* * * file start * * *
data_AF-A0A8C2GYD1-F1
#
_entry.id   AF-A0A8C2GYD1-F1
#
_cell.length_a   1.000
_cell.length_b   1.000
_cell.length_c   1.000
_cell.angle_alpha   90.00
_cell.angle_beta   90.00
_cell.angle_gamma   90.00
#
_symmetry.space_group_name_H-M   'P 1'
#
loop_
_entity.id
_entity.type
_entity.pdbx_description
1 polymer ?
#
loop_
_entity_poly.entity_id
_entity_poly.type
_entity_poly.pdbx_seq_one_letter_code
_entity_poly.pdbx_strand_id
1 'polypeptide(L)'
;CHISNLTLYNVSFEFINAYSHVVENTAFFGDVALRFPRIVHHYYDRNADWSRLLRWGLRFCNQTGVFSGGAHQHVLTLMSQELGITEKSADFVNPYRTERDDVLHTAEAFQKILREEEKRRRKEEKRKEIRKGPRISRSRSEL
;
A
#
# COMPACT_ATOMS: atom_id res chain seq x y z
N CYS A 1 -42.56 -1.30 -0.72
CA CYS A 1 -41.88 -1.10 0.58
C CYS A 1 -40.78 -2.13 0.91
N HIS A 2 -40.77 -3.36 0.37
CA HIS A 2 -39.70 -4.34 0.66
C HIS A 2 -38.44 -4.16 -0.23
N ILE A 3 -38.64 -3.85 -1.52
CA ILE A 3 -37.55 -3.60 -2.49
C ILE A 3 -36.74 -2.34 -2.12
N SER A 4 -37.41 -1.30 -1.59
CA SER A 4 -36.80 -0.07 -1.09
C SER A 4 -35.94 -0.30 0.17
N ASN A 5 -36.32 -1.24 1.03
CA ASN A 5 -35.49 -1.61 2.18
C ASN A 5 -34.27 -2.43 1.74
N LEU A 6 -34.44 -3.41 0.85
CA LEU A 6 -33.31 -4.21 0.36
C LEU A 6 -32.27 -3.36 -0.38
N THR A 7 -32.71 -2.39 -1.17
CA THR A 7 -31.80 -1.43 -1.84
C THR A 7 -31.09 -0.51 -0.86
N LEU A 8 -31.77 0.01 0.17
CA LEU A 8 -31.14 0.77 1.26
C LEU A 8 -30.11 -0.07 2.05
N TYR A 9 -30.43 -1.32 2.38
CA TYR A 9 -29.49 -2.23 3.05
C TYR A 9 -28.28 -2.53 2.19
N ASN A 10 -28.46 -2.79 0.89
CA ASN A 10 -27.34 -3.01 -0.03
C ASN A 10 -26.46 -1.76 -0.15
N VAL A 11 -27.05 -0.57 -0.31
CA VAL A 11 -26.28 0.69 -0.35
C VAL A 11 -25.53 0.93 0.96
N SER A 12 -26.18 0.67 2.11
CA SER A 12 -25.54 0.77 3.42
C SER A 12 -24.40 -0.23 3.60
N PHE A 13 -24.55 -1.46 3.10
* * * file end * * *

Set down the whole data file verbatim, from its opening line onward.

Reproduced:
data_AF-A0A8C2GYD1-F1
#
_entry.id   AF-A0A8C2GYD1-F1
#
_cell.length_a   1.000
_cell.length_b   1.000
_cell.length_c   1.000
_cell.angle_alpha   90.00
_cell.angle_beta   90.00
_cell.angle_gamma   90.00
#
_symmetry.space_group_name_H-M   'P 1'
#
loop_
_entity.id
_entity.type
_entity.pdbx_description
1 polymer ?
#
loop_
_entity_poly.entity_id
_entity_poly.type
_entity_poly.pdbx_seq_one_letter_code
_entity_poly.pdbx_strand_id
1 'polypeptide(L)'
;CHISNLTLYNVSFEFINAYSHVVENTAFFGDVALRFPRIVHHYYDRNADWSRLLRWGLRFCNQTGVFSGGAHQHVLTLMSQELGITEKSADFVNPYRTERDDVLHTAEAFQKILREEEKRRRKEEKRKEIRKGPRISRSRSEL
;
A
#
# COMPACT_ATOMS: atom_id res chain seq x y z
N CYS A 1 -42.56 -1.30 -0.72
CA CYS A 1 -41.88 -1.10 0.58
C CYS A 1 -40.78 -2.13 0.91
N HIS A 2 -40.77 -3.36 0.37
CA HIS A 2 -39.70 -4.34 0.66
C HIS A 2 -38.44 -4.16 -0.23
N ILE A 3 -38.64 -3.85 -1.52
CA ILE A 3 -37.55 -3.60 -2.49
C ILE A 3 -36.74 -2.34 -2.12
N SER A 4 -37.41 -1.30 -1.59
CA SER A 4 -36.80 -0.07 -1.09
C SER A 4 -35.94 -0.30 0.17
N ASN A 5 -36.32 -1.24 1.03
CA ASN A 5 -35.49 -1.61 2.18
C ASN A 5 -34.27 -2.43 1.74
N LEU A 6 -34.44 -3.41 0.85
CA LEU A 6 -33.31 -4.21 0.36
C LEU A 6 -32.27 -3.36 -0.38
N THR A 7 -32.71 -2.39 -1.17
CA THR A 7 -31.80 -1.43 -1.84
C THR A 7 -31.09 -0.51 -0.86
N LEU A 8 -31.77 0.01 0.17
CA LEU A 8 -31.14 0.77 1.26
C LEU A 8 -30.11 -0.07 2.05
N TYR A 9 -30.43 -1.32 2.38
CA TYR A 9 -29.49 -2.23 3.05
C TYR A 9 -28.28 -2.53 2.19
N ASN A 10 -28.46 -2.79 0.89
CA ASN A 10 -27.34 -3.01 -0.03
C ASN A 10 -26.46 -1.76 -0.15
N VAL A 11 -27.05 -0.57 -0.31
CA VAL A 11 -26.28 0.69 -0.35
C VAL A 11 -25.53 0.93 0.96
N SER A 12 -26.18 0.67 2.11
CA SER A 12 -25.54 0.77 3.42
C SER A 12 -24.40 -0.23 3.60
N PHE A 13 -24.55 -1.46 3.10